A former tenant, Loren B. Gowdy, testified at the trial that he and his wife Alice had inquired about moving into the Archer Home in May of 1914. They were specifically interested in the room then occupied by Franklin Andrews and a roommate. Archer-Gilligan told them she would arrange for them to take the room on June 1, 1914. Andrews died on May 30, and the Gowdy's received a telegram on May 31 letting them know the room was ready. They moved in a few days later and paid Archer-Gilligan a fee of $1,000. Alice Gowdy suddenly died on December 4, 1916. Her body, once exhumed, was found to contain arsenic.

Not the typical serial killer

Amy Archer-Gilligan was only tried for the murder of Franklin Andrews, but she was indicted for poisoning and killing four other people: Alice Gowdy; her husband, Michael Gilligan; and two other Archer Home residents, Charles A. Smith and Maud Howard Lynch. All but Lynch were found to have died from arsenic poisoning; Lynch died from strychnine poisoning, as reported by the Hartford Courant. Authorities suspected that she killed at least 20 people who had lived in the Archer Home, if not many more.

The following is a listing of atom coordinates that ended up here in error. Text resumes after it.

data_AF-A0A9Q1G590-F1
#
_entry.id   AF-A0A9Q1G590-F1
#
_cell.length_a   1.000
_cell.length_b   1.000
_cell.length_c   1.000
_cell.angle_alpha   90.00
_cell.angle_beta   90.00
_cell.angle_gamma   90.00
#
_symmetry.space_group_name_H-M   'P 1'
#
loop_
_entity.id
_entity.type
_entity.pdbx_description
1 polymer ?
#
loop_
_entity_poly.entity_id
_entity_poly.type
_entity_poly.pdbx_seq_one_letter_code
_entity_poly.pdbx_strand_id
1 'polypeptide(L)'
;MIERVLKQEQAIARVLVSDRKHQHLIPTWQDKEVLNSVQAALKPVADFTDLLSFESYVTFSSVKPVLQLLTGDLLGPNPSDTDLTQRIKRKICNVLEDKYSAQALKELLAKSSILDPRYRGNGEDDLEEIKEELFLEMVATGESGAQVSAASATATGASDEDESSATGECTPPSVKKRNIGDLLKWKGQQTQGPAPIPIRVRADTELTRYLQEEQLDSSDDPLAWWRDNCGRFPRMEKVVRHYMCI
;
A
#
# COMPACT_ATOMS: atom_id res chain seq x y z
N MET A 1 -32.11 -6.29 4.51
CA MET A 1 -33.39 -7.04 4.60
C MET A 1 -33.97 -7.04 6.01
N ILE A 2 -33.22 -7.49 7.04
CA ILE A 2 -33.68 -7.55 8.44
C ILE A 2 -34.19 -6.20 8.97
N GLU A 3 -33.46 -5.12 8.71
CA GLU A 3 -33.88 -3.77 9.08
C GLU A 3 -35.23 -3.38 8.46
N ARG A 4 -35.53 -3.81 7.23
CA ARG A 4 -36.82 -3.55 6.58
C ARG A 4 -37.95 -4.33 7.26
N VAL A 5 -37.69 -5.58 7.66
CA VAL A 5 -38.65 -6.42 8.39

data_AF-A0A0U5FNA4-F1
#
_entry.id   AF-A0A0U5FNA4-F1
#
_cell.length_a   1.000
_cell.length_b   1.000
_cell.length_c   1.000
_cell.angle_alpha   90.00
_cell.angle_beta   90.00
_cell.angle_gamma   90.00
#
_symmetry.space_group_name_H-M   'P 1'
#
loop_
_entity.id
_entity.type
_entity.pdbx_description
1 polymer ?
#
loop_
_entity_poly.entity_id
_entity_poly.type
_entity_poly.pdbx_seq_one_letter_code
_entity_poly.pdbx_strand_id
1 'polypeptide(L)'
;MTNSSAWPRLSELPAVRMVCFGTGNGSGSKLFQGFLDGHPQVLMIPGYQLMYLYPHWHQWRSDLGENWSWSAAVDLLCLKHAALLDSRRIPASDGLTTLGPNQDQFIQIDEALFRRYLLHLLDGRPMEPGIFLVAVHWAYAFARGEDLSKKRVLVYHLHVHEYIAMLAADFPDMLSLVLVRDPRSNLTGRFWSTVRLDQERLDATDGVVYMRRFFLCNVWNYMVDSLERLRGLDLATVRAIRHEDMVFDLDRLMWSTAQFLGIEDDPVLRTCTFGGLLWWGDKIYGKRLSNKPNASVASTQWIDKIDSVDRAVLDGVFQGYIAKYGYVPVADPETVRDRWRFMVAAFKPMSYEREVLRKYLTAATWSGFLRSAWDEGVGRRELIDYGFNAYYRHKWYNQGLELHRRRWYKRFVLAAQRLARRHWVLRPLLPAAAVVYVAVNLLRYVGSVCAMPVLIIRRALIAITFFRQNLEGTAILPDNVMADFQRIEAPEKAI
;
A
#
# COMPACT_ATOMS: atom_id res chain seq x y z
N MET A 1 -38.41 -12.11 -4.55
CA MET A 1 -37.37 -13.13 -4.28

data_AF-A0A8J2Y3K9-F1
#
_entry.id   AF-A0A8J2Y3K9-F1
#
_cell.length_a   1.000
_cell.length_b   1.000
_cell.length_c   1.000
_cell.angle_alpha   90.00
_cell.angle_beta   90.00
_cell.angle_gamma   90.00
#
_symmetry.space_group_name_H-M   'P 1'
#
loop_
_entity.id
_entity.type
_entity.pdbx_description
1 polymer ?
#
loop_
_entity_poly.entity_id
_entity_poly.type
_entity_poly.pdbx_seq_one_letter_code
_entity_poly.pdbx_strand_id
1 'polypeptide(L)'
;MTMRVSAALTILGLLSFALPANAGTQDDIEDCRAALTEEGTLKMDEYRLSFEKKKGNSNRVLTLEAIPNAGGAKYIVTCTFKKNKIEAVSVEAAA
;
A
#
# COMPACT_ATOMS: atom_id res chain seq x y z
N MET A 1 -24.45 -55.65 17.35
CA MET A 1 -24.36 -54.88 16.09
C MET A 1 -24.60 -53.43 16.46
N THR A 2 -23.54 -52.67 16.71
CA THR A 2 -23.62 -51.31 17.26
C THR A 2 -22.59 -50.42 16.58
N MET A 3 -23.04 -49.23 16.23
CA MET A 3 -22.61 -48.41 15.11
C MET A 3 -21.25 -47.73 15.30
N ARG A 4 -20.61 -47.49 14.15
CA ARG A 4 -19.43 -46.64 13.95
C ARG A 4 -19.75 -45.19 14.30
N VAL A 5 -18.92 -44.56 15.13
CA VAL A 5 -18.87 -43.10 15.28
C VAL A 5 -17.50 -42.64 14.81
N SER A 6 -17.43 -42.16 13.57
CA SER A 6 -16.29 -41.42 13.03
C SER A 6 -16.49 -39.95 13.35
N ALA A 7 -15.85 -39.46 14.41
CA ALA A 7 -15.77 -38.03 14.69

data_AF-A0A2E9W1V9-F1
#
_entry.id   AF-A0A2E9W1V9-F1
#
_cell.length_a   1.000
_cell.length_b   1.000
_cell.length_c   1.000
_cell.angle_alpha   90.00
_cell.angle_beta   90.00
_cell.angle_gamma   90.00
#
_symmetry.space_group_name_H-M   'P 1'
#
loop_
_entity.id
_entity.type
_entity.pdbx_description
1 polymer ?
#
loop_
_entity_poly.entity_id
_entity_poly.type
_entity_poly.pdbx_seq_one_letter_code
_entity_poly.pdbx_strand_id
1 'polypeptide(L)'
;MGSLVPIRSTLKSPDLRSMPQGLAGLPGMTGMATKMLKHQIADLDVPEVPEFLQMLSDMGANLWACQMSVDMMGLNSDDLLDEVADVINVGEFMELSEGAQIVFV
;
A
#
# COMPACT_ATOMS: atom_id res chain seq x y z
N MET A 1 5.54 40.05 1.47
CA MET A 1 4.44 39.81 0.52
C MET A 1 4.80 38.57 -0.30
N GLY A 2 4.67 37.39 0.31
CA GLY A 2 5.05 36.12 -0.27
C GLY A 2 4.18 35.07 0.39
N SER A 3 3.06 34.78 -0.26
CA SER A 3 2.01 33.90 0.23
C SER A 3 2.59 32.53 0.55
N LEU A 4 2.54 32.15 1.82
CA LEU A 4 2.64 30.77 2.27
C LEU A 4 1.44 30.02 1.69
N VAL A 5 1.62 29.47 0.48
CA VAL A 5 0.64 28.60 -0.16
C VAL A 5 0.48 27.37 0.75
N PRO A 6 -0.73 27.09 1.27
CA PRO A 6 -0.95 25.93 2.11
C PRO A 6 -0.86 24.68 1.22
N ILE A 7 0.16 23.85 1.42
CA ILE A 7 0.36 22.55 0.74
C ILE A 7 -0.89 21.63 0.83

Archer-Gilligan's trial began on June 21, 1917 and was a media circus. She was found guilty on July 13 and sentenced to death by hanging. Her lawyers appealed and she was granted a reprieve. Eventually, a new trial was ordered and began on June 12, 1919. Lawyers mounted an insanity plea as the defense, but Archer-Gilligan ended up admitting to second-degree murder on July 1, 1919. She was sentenced to life in prison and began her sentence at Wethersfield State Prison before being moved to the Connecticut Valley Hospital, then referred to as a "state hospital for the insane." She died there on April 23, 1962 at the age of 94, described thus by the Hartfort Courant: "Mostly she sat in a chair, dressed in a black dress trimmed with lace, a Bible on her lap, and prayed." It's not hard to imagine how she inspired the characters of Abby and Martha Brewster, shown above as played by Jean Adair and Josephine Hull in the movie adaptation of Arsenic and Old Lace.